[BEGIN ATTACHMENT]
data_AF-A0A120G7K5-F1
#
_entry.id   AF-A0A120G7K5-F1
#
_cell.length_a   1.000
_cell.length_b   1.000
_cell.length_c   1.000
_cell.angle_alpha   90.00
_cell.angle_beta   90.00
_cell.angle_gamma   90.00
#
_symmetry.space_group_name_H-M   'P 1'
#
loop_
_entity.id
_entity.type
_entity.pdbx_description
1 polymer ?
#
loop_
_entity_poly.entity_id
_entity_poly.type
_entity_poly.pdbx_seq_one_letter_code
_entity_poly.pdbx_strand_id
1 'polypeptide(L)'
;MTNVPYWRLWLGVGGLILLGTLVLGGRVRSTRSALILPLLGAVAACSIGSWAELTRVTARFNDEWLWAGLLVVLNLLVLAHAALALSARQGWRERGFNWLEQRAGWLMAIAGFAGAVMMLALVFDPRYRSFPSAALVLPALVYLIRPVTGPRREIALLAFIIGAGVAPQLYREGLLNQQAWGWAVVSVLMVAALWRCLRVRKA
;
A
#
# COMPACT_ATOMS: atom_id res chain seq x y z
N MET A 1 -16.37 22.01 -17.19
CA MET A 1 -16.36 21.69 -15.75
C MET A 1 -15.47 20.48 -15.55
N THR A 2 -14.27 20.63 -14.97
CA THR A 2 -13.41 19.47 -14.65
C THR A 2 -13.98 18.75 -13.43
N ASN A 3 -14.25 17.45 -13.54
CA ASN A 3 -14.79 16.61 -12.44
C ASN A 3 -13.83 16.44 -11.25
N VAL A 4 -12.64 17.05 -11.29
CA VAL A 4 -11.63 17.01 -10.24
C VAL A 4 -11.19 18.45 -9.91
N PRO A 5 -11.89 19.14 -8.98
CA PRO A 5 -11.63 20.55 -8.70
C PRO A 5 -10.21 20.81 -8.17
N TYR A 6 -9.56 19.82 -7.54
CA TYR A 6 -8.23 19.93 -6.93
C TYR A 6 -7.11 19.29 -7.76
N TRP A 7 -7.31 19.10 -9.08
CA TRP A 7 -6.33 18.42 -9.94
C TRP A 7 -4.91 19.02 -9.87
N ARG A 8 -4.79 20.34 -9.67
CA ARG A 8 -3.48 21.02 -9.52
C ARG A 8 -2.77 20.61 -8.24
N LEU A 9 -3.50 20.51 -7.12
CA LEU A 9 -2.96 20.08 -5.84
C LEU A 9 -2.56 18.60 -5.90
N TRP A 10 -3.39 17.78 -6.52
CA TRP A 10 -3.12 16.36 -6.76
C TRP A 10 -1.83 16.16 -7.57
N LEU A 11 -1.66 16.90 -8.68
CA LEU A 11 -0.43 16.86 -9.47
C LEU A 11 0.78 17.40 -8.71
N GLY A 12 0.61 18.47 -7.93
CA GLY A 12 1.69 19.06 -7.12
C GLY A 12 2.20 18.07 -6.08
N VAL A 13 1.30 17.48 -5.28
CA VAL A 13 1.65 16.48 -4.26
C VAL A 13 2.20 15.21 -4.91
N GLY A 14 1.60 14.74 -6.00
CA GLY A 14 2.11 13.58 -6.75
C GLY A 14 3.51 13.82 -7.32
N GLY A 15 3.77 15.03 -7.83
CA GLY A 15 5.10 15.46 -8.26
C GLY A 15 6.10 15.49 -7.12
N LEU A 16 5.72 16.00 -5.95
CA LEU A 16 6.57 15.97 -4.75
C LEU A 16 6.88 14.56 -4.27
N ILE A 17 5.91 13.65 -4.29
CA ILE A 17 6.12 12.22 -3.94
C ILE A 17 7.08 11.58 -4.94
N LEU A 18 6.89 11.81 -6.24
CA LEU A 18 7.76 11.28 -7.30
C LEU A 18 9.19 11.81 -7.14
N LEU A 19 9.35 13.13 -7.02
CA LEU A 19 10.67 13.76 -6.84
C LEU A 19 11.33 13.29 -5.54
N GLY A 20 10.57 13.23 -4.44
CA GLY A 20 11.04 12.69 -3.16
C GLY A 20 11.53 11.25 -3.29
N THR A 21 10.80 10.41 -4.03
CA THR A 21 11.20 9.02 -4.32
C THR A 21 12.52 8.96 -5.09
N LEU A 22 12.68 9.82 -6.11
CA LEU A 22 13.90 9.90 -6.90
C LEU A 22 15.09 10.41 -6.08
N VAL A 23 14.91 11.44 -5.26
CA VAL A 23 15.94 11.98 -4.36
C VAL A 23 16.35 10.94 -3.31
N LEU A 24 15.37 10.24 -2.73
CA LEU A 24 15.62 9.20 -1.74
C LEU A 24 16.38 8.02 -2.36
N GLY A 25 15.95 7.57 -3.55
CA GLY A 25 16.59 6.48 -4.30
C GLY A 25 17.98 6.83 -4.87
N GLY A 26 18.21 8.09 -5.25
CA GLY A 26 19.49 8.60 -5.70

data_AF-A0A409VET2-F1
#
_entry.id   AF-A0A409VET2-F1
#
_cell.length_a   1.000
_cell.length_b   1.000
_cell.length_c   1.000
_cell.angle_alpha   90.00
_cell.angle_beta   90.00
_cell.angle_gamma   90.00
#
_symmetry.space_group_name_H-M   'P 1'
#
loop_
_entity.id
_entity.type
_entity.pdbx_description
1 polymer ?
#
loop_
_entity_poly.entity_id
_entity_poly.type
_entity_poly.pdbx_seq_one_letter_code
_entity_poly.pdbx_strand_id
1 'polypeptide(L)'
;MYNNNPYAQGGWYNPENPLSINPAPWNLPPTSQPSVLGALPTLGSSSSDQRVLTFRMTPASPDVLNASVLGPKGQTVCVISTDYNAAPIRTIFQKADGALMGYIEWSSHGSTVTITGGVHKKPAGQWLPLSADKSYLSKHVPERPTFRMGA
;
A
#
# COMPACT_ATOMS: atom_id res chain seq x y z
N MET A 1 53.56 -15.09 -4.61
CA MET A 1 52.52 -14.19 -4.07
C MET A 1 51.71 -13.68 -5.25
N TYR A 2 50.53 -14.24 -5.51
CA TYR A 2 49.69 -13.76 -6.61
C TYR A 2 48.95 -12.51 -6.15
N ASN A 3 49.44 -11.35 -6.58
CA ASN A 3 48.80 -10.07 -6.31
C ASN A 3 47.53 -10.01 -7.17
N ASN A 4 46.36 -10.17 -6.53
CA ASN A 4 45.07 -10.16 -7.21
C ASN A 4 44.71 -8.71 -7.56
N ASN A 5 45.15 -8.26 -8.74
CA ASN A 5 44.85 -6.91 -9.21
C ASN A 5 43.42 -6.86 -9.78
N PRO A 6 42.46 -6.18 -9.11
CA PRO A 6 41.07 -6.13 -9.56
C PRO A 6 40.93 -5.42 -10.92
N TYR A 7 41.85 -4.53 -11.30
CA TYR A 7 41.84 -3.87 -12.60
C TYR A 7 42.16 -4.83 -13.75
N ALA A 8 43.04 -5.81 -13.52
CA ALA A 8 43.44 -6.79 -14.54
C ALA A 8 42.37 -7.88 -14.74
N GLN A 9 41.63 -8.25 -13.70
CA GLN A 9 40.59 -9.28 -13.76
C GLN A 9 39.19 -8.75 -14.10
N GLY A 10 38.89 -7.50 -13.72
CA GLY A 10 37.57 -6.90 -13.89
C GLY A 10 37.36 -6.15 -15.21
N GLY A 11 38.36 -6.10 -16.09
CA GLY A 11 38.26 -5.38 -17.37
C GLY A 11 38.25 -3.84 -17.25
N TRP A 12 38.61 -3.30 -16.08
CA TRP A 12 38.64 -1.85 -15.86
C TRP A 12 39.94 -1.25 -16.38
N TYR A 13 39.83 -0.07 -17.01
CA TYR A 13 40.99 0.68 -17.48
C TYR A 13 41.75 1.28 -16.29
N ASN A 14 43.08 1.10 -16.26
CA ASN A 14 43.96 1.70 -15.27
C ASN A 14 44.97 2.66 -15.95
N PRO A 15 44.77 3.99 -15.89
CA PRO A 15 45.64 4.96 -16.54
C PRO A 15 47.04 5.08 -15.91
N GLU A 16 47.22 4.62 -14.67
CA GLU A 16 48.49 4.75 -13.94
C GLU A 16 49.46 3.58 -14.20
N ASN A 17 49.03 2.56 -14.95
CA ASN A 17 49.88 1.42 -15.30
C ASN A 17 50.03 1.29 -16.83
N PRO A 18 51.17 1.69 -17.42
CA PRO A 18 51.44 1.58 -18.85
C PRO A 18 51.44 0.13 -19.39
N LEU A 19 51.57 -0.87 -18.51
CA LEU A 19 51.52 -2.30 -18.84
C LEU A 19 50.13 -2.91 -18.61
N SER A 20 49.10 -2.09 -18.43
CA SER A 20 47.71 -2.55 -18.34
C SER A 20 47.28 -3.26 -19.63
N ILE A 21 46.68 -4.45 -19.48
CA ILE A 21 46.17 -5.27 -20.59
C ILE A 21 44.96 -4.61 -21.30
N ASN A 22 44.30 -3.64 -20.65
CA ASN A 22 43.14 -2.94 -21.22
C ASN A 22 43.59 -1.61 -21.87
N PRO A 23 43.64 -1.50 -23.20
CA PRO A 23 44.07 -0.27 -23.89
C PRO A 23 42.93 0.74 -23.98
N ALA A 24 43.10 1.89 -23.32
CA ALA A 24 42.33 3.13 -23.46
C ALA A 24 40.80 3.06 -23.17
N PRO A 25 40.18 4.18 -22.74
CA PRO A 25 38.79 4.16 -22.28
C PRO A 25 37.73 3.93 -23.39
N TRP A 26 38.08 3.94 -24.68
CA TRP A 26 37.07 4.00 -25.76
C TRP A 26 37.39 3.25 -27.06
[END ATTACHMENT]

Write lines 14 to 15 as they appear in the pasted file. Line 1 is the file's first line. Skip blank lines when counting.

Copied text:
loop_
_entity.id